Call for Papers - Ethics and the Future of Meaningful Work

Ethics and the Future of Meaningful Work

Submission deadline: January 31, 2021

Special Issue Guest Editors:
Evgenia I. Lysova (Vrije Universiteit Amsterdam, the Netherlands)
Jennifer Tosti-Kharas (Babson College, USA)
Catherine Bailey (King’s College London, UK)
Luke Fletcher (University of Bath, UK)
Peter McGhee (Auckland University of Technology, New Zealand)
Christopher Michaelson (University of St. Thomas, USA)

Recent years have seen a growing attention to the topic of meaningful work. In the last year alone, there appeared “in press” two literature reviews (Bailey, Yeoman, Madden, Thompson, & Kerridge, 2019; Lysova, Allan, Dik, Duffy, & Steger, 2019), a meta-analysis (Allan, Batz-Barbarich, Sterling, & Tray, 2019), an edited handbook (Yeoman, Bailey, Madden, & Thompson, 2019), and two journal special issues (one on meaningful work by Bailey et al., 2019; the other on the related concept of calling by Lysova, Dik, Duffy, Khapova, & Arthur, 2019). These developments signal not only rising interest in the concept but also raise a number of significant and, as yet, unanswered ethical questions that would benefit from interdisciplinary attention from business ethics and other disciplines. The value of business ethics for understanding meaningful work has been articulated in a paper published by Michaelson and colleagues (2014) in Journal of Business Ethics. The authors point to several research opportunities that require this interdisciplinary approach, including the extent to which ethics is integral or incidental to meaningful work, the question of the moral obligations of organizations to individuals, and the potential moral obligations of individuals themselves. More recent work concerned with the ethical antecedents to meaningful work has also called for more research at the ethics-meaningful work intersection (Lips-Wiersma, Haar, & Wright, 2020).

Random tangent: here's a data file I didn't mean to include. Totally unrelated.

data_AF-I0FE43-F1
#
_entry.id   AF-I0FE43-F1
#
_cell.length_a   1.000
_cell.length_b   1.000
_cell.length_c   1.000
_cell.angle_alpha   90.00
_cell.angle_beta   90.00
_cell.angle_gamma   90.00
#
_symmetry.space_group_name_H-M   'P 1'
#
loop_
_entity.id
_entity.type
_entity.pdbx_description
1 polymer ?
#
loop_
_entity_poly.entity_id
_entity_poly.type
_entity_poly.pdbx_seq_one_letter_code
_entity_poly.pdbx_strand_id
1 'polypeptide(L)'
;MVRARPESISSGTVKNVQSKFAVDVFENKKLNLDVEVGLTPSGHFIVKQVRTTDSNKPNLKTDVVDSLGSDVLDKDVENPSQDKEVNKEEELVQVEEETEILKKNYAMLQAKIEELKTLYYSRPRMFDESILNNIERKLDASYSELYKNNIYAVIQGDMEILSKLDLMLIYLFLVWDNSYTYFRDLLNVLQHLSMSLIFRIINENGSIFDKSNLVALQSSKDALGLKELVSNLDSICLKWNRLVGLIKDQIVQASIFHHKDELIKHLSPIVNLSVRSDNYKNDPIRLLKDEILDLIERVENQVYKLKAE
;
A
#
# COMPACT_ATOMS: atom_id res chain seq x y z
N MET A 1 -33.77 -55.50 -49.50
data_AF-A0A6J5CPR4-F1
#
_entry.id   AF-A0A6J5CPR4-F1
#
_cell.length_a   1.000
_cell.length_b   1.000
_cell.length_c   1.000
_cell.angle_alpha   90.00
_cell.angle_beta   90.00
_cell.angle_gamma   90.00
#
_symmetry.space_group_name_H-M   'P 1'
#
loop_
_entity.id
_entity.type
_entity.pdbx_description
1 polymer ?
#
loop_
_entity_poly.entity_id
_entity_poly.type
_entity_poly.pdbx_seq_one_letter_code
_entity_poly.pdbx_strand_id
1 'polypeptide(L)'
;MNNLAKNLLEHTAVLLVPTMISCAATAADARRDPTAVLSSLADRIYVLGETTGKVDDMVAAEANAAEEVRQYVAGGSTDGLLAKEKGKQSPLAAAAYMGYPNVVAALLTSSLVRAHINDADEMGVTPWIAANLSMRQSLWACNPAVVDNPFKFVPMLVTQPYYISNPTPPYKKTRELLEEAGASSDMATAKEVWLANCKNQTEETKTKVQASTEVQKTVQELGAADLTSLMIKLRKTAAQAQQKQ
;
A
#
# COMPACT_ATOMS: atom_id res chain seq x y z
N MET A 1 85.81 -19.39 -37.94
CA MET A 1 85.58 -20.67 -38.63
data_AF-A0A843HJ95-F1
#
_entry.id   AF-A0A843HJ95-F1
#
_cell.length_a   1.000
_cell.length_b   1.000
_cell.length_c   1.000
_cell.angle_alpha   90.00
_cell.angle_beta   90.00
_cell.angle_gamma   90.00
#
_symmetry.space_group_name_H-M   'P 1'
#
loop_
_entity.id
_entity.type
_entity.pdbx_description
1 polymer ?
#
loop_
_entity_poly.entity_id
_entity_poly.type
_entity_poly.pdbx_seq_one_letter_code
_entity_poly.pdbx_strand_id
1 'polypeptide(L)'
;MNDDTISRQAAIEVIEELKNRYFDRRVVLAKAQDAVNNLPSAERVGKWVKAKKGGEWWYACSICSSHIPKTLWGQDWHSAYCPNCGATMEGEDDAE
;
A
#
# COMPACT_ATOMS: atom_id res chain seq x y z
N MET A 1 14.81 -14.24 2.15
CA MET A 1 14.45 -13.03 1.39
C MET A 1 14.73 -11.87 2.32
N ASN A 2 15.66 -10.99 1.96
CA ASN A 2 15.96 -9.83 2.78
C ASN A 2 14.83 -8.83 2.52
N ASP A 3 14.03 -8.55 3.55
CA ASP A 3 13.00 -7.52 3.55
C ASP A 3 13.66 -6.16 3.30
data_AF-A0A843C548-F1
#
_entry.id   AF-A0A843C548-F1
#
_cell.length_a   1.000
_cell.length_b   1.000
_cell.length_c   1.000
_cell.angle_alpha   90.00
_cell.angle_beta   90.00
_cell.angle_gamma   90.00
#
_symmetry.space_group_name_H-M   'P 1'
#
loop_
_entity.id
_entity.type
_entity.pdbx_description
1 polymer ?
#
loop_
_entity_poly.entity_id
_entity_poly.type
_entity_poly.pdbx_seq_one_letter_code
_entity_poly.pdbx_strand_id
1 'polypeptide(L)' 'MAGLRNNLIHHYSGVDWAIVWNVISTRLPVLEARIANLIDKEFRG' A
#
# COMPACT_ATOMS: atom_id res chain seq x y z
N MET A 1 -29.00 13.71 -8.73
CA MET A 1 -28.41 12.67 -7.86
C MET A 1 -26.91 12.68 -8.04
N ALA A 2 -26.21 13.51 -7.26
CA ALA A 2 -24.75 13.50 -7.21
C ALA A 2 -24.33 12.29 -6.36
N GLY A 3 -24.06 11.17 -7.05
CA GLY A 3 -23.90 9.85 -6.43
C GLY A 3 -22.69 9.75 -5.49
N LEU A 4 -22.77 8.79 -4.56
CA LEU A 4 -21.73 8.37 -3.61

In the Journal of Business Ethics Special Issue on “Ethics and the Future of Meaningful Work,” we are concerned with at least three perspectives: that of the worker (i.e., how meaningful or meaningless work can influence human flourishing), that of the employer (i.e., moral obligation and duty to create conditions that enable individuals to find meaningful work), and that of the market (i.e., how the market values meaning in relation to money) – as well as the interaction between these three levels of analysis. We are also interested in changes in the influence of technological conditions of work (e.g., automation of manufacturing, artificial intelligence), workplace environment (e.g., worker mobility; co-working arrangements; new ways of working; efforts around diversity, equity and inclusion; increasing insecurity and work intensity), and generational (e.g., Millennial and Generation Z preferences) and geographical shifts in ethical issues related to and the priority of meaningful work. We invite scholars from various disciplines to submit their conceptual and empirical papers that would address any of these perspectives and phenomena, specifically the intersection of meaningful work with business, ethics, and the “future of work.” We note that we particularly welcome papers that address one or more of the intersections noted in the diagram below.

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Potential research questions for consideration include, but are not limited to, the following:

  • What does it mean to understand meaningful work as an ethical phenomenon?